Written By Michael “Doc” Weissmann, Ph.D., Chief Entomologist
It is winter and all the mosquitoes have died, right? Well, not exactly.
While many species of mosquitoes laid eggs last summer or fall and then died, others including the Northern House Mosquito, Culex pipiens, overwinter as an adult, waiting until next spring to lay their eggs. Throughout temperate zones of North America, Europe, and Asia, there may be snow on the ground outside, but these mosquitoes can still be found if one knows where to look for them.
In late summer and early autumn, these mosquitoes forego the blood meals and instead fuel up on nectar or other sugary fluids, storing it as fat in their body. Before human construction, they likely spent the winter in caves or hollow trees – protected from the worst of the winter elements. In such shelters they remain warm enough to keep from freezing to death, but cool enough that they don’t burn up all of their fat reserves before spring. Humans have provided them with additional safe winter hiding places, including culverts, barns, stables, garages, basements, and sheds. Some populations have even developed the ability to be active year-round in warmer structures such as the London Underground railway system, where they were notorious for attacking the city’s citizens who were seeking shelter in the subway tunnels during bombing air-raids of World War II. If you find a mosquito flying around your garage on a warmer-than-normal December day, or resting on the wall of your shed in the middle of winter, it is likely this species.
As mosquitoes go, the Northern House Mosquito isn’t the most spectacularly colorful or patterned, although in the right light their golden brown body scales have a somewhat bronzy reflection. Their abdomen is distinctly marked with pale-colored scales that form broad rounded banding on each segment. I’ve seen prettier insects, to be sure, but few with such a vast global distribution, found on every continent except Antarctica.
In the past, they were sometimes known as the “rain barrel mosquito” as they took advantage of that once commonly available water source as a place to lay their eggs. Culex pipiens larvae thrive in such containers of stagnant water, the more polluted with organic material, the better. If you live in the northern half of the United States and have mosquito larvae in your bird bath, rain gutters, flower pots, or nearby storm drain catch basin, it is likely to be this species.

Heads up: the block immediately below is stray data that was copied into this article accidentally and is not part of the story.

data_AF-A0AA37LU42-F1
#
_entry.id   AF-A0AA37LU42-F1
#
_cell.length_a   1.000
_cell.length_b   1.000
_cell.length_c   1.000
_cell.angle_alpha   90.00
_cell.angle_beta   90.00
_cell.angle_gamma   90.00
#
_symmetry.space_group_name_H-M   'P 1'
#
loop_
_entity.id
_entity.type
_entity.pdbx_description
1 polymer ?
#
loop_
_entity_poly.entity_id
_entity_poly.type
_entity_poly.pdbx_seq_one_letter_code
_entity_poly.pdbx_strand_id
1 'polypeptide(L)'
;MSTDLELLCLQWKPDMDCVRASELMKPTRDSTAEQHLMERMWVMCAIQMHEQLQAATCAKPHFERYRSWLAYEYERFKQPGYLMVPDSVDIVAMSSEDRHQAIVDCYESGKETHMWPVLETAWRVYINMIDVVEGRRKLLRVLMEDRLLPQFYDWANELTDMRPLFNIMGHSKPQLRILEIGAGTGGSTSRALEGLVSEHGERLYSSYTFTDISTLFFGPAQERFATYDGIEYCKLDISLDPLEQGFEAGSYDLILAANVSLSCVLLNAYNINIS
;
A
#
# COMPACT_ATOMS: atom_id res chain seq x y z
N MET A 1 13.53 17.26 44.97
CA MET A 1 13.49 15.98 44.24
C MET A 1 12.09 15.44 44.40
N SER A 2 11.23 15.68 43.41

Adult females will sometimes enter buildings where they readily bite humans, but outdoors they apparently have a preference for bird blood, especially birds associated with human dwellings such as pigeons and doves. They are competent vectors of West Nile virus, a disease mostly found in birds. This mosquito has been implicated as a primary vector that amplifies the virus each summer in the previously unexposed bird population (the disease’s “reservoir”).
In much of the country, Culex pipiens populations are the primary target of the campaign to drain backyard sources of standing water as a way to reduce the incidence of West Nile virus. Next summer, check to see that your rain gutters are flowing, and flush your bird bath every week. You just might notice a decrease in the number of mosquitoes in your yard, and will help reduce the West Nile virus risk in your neighborhood.
An important component of any successful Integrated Mosquito Management program is mosquito identification. Should you have any questions regarding mosquito identification, Vector Disease Control International (VDCI) is always available at whatever level of assistance you desire.
Michael “Doc” Weissmann is the Chief Entomologist at Colorado Mosquito Control, a VDCI company. He has been identifying mosquitoes since the mid-1980s, and has been in charge of the Surveillance Laboratory at CMC since 2003. Doc received his B.A. and M.A. in Biology from the University of Colorado, and his Ph.D. in Entomology from Colorado State University. He can be reached through the VDCI website or by calling 800.413.4445.
Contact the professionals at 800-413-4445 for all of your mosquito control needs.
Since 1992, Vector Disease Control International (VDCI) has taken pride in providing municipalities, mosquito abatement districts, industrial sites, planned communities, homeowners associations, and golf courses with the tools they need to run effective mosquito control programs. We are determined to protect the public health of the communities in which we operate. Our mosquito control professionals have over 100 years of combined experience in the field of public health, specifically vector disease control. We strive to provide the most effective and scientifically sound mosquito surveillance and control programs possible based on an Integrated Mosquito Management approach recommended by the American Mosquito Control Association (AMCA) and Centers for Disease Control and Prevention (CDC). VDCI is the only company in the country that can manage all aspects of an integrated mosquito management program, from surveillance to disease testing to aerial application in emergency situations.